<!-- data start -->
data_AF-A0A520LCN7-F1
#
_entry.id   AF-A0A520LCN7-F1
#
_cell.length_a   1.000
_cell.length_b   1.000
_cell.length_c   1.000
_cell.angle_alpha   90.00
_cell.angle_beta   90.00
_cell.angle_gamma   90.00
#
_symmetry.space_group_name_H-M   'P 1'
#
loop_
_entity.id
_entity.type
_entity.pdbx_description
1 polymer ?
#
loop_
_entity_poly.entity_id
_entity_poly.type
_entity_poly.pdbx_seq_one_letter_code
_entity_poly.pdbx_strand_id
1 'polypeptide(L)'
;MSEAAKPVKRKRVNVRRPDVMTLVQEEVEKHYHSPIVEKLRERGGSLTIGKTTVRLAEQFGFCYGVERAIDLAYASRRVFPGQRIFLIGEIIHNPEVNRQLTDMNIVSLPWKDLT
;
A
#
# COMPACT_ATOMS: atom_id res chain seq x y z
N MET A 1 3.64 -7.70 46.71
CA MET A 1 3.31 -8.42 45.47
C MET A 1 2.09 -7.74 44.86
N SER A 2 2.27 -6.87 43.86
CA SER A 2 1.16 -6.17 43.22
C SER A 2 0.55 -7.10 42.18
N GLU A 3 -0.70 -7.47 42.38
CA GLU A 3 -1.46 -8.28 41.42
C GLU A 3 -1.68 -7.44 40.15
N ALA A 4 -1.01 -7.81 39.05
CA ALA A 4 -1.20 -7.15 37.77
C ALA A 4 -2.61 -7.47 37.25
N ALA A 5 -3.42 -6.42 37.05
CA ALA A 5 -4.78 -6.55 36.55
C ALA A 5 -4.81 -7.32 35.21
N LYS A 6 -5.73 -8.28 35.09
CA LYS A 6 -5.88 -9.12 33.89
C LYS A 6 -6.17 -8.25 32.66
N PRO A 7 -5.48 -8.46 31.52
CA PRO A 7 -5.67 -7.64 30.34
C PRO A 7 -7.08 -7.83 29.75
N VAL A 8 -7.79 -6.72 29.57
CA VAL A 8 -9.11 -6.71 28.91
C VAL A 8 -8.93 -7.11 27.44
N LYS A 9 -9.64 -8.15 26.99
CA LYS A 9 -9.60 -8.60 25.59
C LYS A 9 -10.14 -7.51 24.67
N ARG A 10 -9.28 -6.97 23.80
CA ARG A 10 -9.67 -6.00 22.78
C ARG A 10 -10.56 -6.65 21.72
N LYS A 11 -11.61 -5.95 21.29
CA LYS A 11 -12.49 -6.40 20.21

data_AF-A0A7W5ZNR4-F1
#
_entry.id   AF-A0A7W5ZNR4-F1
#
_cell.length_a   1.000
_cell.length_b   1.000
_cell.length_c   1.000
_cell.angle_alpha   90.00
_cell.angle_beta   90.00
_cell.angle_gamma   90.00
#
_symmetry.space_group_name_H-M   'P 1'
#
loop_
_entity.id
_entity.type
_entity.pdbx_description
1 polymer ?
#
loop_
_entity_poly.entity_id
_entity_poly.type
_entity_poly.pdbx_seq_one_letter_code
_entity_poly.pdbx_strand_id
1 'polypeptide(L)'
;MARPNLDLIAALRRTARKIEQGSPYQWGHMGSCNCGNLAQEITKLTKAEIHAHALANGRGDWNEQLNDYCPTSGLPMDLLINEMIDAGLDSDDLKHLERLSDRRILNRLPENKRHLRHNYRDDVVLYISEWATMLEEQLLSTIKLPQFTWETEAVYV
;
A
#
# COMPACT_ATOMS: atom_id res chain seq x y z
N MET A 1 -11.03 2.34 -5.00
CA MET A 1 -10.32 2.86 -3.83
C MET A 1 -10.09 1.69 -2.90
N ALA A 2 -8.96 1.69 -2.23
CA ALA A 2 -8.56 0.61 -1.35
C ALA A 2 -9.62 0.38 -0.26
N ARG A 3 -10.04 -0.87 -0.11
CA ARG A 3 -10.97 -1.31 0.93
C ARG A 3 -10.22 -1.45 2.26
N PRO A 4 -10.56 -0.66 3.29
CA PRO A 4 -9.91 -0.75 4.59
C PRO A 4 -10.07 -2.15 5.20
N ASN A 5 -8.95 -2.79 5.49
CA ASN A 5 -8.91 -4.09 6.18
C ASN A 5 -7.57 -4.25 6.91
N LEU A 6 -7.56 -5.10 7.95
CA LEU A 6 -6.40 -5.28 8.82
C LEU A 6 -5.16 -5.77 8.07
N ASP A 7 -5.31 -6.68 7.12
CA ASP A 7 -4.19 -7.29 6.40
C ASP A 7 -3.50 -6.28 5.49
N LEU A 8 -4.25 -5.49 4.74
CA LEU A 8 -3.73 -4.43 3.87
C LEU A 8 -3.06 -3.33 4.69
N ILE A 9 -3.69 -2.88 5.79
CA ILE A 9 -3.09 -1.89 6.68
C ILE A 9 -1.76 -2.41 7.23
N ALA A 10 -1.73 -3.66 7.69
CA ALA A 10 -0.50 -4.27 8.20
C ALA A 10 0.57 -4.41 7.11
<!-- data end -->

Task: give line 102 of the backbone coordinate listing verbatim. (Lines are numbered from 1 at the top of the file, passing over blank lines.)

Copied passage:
N PRO A 4 -10.56 -0.66 3.29